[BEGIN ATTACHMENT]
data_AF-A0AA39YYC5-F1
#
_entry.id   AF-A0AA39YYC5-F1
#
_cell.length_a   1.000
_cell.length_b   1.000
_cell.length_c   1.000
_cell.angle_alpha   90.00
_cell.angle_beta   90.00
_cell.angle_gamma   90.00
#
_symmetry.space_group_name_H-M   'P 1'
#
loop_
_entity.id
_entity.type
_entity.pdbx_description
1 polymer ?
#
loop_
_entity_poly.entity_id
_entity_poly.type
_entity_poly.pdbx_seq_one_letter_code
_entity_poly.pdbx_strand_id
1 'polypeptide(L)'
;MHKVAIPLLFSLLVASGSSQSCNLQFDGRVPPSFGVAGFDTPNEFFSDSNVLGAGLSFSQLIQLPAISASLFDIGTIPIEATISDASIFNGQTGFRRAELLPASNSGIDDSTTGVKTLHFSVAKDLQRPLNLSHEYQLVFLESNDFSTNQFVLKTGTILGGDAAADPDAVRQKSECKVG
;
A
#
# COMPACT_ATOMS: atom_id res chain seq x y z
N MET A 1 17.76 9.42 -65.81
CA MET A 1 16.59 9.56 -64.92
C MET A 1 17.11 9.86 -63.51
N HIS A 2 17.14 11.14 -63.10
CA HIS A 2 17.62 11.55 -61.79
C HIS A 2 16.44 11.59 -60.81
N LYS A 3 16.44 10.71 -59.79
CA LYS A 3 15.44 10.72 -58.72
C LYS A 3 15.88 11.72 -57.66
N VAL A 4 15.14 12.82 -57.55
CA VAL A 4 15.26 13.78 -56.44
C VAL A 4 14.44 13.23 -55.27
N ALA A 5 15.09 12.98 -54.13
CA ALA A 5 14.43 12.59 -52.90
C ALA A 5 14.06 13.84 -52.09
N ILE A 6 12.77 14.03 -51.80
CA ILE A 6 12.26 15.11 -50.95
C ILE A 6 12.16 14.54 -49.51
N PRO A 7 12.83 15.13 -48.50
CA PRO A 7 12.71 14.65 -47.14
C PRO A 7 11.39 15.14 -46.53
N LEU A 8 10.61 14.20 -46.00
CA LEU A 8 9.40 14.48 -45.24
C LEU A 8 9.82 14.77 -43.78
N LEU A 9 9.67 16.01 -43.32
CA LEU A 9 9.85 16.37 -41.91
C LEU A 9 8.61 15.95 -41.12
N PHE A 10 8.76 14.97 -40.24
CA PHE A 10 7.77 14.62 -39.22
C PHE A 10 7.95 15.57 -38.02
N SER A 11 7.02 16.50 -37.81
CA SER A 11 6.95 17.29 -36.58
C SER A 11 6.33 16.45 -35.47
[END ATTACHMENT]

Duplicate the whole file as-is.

data_AF-A0AA39YYC5-F1
#
_entry.id   AF-A0AA39YYC5-F1
#
_cell.length_a   1.000
_cell.length_b   1.000
_cell.length_c   1.000
_cell.angle_alpha   90.00
_cell.angle_beta   90.00
_cell.angle_gamma   90.00
#
_symmetry.space_group_name_H-M   'P 1'
#
loop_
_entity.id
_entity.type
_entity.pdbx_description
1 polymer ?
#
loop_
_entity_poly.entity_id
_entity_poly.type
_entity_poly.pdbx_seq_one_letter_code
_entity_poly.pdbx_strand_id
1 'polypeptide(L)'
;MHKVAIPLLFSLLVASGSSQSCNLQFDGRVPPSFGVAGFDTPNEFFSDSNVLGAGLSFSQLIQLPAISASLFDIGTIPIEATISDASIFNGQTGFRRAELLPASNSGIDDSTTGVKTLHFSVAKDLQRPLNLSHEYQLVFLESNDFSTNQFVLKTGTILGGDAAADPDAVRQKSECKVG
;
A
#
# COMPACT_ATOMS: atom_id res chain seq x y z
N MET A 1 17.76 9.42 -65.81
CA MET A 1 16.59 9.56 -64.92
C MET A 1 17.11 9.86 -63.51
N HIS A 2 17.14 11.14 -63.10
CA HIS A 2 17.62 11.55 -61.79
C HIS A 2 16.44 11.59 -60.81
N LYS A 3 16.44 10.71 -59.79
CA LYS A 3 15.44 10.72 -58.72
C LYS A 3 15.88 11.72 -57.66
N VAL A 4 15.14 12.82 -57.55
CA VAL A 4 15.26 13.78 -56.44
C VAL A 4 14.44 13.23 -55.27
N ALA A 5 15.09 12.98 -54.13
CA ALA A 5 14.43 12.59 -52.90
C ALA A 5 14.06 13.84 -52.09
N ILE A 6 12.77 14.03 -51.80
CA ILE A 6 12.26 15.11 -50.95
C ILE A 6 12.16 14.54 -49.51
N PRO A 7 12.83 15.13 -48.50
CA PRO A 7 12.71 14.65 -47.14
C PRO A 7 11.39 15.14 -46.53
N LEU A 8 10.61 14.20 -46.00
CA LEU A 8 9.40 14.48 -45.24
C LEU A 8 9.82 14.77 -43.78
N LEU A 9 9.67 16.01 -43.32
CA LEU A 9 9.85 16.37 -41.91
C LEU A 9 8.61 15.95 -41.12
N PHE A 10 8.76 14.97 -40.24
CA PHE A 10 7.77 14.62 -39.22
C PHE A 10 7.95 15.57 -38.02
N SER A 11 7.02 16.50 -37.81
CA SER A 11 6.95 17.29 -36.58
C SER A 11 6.33 16.45 -35.47